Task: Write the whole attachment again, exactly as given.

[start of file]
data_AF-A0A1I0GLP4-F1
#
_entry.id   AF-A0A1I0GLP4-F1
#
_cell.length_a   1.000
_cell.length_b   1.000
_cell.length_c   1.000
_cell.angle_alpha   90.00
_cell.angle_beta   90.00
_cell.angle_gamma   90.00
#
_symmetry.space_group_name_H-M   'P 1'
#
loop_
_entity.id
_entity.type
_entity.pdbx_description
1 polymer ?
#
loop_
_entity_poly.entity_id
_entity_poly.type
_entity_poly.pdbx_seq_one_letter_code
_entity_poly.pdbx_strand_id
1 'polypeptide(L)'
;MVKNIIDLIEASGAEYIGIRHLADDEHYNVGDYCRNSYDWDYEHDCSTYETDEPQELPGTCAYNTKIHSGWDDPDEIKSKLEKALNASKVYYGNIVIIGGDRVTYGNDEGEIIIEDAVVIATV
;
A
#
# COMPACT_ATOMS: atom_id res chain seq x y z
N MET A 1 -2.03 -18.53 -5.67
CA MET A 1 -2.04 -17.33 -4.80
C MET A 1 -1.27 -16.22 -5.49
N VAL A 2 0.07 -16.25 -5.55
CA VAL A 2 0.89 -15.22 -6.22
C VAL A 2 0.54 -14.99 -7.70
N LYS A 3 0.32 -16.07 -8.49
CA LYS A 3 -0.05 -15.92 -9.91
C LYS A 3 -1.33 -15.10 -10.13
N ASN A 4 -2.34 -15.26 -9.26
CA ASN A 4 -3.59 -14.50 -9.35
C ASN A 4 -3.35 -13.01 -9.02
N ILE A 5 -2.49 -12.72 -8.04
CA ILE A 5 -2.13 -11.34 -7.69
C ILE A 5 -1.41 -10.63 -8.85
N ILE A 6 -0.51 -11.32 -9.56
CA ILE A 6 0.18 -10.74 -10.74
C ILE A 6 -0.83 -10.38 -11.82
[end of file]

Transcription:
data_AF-A0A1I0GLP4-F1
#
_entry.id   AF-A0A1I0GLP4-F1
#
_cell.length_a   1.000
_cell.length_b   1.000
_cell.length_c   1.000
_cell.angle_alpha   90.00
_cell.angle_beta   90.00
_cell.angle_gamma   90.00
#
_symmetry.space_group_name_H-M   'P 1'
#
loop_
_entity.id
_entity.type
_entity.pdbx_description
1 polymer ?
#
loop_
_entity_poly.entity_id
_entity_poly.type
_entity_poly.pdbx_seq_one_letter_code
_entity_poly.pdbx_strand_id
1 'polypeptide(L)'
;MVKNIIDLIEASGAEYIGIRHLADDEHYNVGDYCRNSYDWDYEHDCSTYETDEPQELPGTCAYNTKIHSGWDDPDEIKSKLEKALNASKVYYGNIVIIGGDRVTYGNDEGEIIIEDAVVIATV
;
A
#
# COMPACT_ATOMS: atom_id res chain seq x y z
N MET A 1 -2.03 -18.53 -5.67
CA MET A 1 -2.04 -17.33 -4.80
C MET A 1 -1.27 -16.22 -5.49
N VAL A 2 0.07 -16.25 -5.55
CA VAL A 2 0.89 -15.22 -6.22
C VAL A 2 0.54 -14.99 -7.70
N LYS A 3 0.32 -16.07 -8.49
CA LYS A 3 -0.05 -15.92 -9.91
C LYS A 3 -1.33 -15.10 -10.13
N ASN A 4 -2.34 -15.26 -9.26
CA ASN A 4 -3.59 -14.50 -9.35
C ASN A 4 -3.35 -13.01 -9.02
N ILE A 5 -2.49 -12.72 -8.04
CA ILE A 5 -2.13 -11.34 -7.69
C ILE A 5 -1.41 -10.63 -8.85
N ILE A 6 -0.51 -11.32 -9.56
CA ILE A 6 0.18 -10.74 -10.74
C ILE A 6 -0.83 -10.38 -11.82